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7 techniques for creating project estimates

How do you create project and task estimates? Do you use old data to help plan for the current or future projects? Do you elicit feedback from co-workers? Do you use formulas or guestimates to help you create your schedules?

Here are 7 techniques to help a BA create estimates:
1. Use historical data. Simple reference what was used in the past and apply it to what you are doing. If you spent 2 hours in a kick off meeting last year, the same time may be reasonable for the next kick off meeting.

2. Ask someone how long it will take. Asking co-workers and other stakeholders how long something will take to complete is a great way to determine estimates. Based on the feedback you can apply a number of techniques to determine time estimates.

3. Parkinson’s Law. This is the law that time of a task expands to fill the time given. Meaning that if you think something will take 6.5 hours to complete and you work an 8 hour day, there is a good chance that it will take you the full day to complete the task.

4. The real work day. In an 8 hour day do you really spend all 8 hours working? Chances are you don’t. Pick a reasonable amount of time that you will actually spend working. Take the full day and subtract the time you spend checking your email, playing on the internet, chatting with co-workers, answering phone calls, and taking breaks. In an 8 hour day you might work 6.5 hours of actual productive time. Remember this in your calculations and estimates.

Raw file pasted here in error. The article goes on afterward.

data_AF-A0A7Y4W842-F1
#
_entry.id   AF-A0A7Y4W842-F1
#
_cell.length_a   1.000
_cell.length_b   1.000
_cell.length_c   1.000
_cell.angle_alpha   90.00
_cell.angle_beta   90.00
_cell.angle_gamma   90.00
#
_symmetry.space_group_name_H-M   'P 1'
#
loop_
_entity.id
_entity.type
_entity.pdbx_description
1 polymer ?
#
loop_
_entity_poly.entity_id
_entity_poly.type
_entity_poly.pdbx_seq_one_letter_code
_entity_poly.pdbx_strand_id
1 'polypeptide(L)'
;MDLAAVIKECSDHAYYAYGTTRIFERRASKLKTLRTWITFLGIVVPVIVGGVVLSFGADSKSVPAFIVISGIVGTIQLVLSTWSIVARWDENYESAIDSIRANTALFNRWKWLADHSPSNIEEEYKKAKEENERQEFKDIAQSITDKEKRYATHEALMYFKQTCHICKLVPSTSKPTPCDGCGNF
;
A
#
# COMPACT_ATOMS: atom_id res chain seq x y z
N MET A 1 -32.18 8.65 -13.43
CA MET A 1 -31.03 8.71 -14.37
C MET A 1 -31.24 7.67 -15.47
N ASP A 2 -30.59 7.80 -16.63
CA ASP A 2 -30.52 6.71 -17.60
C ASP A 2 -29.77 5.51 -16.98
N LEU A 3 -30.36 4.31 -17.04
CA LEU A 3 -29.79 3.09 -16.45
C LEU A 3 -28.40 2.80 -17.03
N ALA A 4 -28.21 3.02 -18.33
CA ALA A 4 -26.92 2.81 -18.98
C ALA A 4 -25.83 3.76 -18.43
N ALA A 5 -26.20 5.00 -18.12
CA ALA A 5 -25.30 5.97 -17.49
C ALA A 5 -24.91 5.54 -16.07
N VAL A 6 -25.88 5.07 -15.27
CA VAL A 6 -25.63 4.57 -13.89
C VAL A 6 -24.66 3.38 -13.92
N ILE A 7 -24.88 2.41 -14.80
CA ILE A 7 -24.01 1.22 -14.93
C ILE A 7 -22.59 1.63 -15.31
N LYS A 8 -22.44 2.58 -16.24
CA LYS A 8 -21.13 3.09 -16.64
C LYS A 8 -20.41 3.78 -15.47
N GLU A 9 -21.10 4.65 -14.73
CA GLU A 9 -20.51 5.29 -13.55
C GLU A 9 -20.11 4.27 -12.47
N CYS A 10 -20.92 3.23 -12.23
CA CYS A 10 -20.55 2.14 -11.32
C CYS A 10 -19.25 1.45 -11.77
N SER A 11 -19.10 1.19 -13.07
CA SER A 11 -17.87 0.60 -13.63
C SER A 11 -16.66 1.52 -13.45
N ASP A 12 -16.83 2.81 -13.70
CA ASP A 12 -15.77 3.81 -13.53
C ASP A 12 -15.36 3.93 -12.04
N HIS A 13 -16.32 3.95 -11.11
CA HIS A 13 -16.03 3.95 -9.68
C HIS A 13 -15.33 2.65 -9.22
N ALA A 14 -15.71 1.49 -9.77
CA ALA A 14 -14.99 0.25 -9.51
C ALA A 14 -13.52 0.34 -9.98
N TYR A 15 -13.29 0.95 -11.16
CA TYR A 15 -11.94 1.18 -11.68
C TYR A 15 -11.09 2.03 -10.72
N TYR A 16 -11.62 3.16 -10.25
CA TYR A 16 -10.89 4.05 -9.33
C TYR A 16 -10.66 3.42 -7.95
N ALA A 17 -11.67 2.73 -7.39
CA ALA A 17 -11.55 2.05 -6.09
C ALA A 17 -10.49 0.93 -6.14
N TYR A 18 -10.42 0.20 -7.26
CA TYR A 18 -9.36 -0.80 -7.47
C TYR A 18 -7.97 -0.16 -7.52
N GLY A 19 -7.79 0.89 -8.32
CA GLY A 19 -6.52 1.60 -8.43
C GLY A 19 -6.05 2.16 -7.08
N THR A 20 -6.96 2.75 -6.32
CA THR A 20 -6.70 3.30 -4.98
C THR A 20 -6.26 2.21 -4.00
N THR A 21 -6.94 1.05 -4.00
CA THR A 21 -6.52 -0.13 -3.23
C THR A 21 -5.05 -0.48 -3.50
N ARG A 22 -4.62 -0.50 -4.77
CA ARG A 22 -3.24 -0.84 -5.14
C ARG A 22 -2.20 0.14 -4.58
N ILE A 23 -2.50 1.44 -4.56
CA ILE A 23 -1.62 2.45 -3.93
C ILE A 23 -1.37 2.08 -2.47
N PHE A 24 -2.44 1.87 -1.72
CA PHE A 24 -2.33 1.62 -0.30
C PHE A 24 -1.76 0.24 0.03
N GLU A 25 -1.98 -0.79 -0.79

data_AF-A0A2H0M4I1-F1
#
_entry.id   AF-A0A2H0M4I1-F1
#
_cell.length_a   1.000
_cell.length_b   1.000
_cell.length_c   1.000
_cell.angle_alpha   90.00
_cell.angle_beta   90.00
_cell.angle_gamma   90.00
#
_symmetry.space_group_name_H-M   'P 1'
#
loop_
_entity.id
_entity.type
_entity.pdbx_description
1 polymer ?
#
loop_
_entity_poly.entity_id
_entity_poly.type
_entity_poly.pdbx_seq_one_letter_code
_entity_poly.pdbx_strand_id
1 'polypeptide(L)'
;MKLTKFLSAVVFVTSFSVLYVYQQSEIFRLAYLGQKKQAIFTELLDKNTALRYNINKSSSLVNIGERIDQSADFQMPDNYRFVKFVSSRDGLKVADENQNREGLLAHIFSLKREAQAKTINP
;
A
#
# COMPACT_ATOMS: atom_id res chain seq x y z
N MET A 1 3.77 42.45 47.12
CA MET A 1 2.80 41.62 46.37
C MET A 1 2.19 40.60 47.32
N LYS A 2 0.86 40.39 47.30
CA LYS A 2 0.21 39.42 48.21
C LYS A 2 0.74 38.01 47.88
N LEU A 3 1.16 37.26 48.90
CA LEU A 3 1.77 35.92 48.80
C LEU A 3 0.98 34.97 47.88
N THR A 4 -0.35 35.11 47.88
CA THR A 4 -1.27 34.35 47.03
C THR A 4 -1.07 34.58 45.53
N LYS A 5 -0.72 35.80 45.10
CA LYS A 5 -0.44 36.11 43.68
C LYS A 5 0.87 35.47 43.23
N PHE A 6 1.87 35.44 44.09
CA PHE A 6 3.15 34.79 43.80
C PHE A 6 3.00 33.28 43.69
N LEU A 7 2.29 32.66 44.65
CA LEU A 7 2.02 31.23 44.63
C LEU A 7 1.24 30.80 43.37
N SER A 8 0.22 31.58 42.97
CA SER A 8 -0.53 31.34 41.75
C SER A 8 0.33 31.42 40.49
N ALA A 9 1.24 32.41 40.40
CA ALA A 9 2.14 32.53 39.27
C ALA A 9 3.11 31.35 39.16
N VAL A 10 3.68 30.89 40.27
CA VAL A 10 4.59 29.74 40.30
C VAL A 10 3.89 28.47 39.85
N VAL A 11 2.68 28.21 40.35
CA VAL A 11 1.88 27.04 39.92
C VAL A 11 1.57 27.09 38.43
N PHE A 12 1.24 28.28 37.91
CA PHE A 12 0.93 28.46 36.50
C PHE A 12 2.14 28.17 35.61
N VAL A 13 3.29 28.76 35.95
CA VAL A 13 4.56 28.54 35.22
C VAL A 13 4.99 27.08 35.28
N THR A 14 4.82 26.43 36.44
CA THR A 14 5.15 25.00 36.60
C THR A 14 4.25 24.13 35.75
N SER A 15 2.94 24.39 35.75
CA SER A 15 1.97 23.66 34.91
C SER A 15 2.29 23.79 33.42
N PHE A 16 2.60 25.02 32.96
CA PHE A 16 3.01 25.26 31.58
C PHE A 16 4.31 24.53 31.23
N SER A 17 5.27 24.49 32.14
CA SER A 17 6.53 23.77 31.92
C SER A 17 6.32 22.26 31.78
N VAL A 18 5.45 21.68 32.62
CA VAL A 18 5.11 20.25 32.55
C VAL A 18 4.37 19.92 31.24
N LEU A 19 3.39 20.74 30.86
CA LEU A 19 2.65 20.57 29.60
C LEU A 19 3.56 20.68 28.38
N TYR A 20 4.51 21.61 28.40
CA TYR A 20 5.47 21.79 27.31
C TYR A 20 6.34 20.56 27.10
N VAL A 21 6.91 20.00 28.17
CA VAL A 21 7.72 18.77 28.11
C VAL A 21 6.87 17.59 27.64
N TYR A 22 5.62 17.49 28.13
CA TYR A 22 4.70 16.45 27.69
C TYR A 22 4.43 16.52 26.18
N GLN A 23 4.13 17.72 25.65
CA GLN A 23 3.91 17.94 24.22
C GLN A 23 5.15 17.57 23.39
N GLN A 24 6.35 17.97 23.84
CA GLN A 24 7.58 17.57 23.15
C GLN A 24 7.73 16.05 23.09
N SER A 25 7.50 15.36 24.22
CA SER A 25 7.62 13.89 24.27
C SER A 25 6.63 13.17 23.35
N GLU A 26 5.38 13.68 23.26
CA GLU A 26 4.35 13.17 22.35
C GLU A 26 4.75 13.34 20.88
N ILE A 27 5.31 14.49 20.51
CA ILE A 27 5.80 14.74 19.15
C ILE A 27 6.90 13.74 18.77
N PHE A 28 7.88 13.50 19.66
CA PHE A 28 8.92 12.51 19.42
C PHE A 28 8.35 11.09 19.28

5. Scotty (Double it). This is based on the character from Star Trek where Scotty will say that a task takes twice as long as it really should. This way when he completes the task that he looks like a miracle worker. I have actually seen formulas out there that explain this. After a developer gives you a quote, you add your time, the PM adds their time, and the testing team adds their time that the overall time to complete that item is usually double what the original estimate is.

6. Management Tax. After all the estimates have been calculated I like to add what I can management tax or an extra 20% on the overall time. This tax will allow for the project team to have their meetings, status reporting time, phone calls, OMG moments, or whatever time they “need” to complete the project or task.

7. Pert weighted average. This is a calculation that takes estimate feedback from stakeholders and allows you to create a time based on best case scenario, worst case scenario, and most likely scenario.

Best time + (4 X Most likely) + worst case divided by 6 will give you your average estimate.

For example: If the fasted time you can complete as task is 3 hours, but most likely it will take you 5 hours to complete and if something goes wrong it will take 10 hours your formula will look like this:
3 + (4×5) + 10 / 6 = 5.5 hours to complete the task.

These are just a few ways to help you create your project estimates. Practice them and see what works best for you and your projects.

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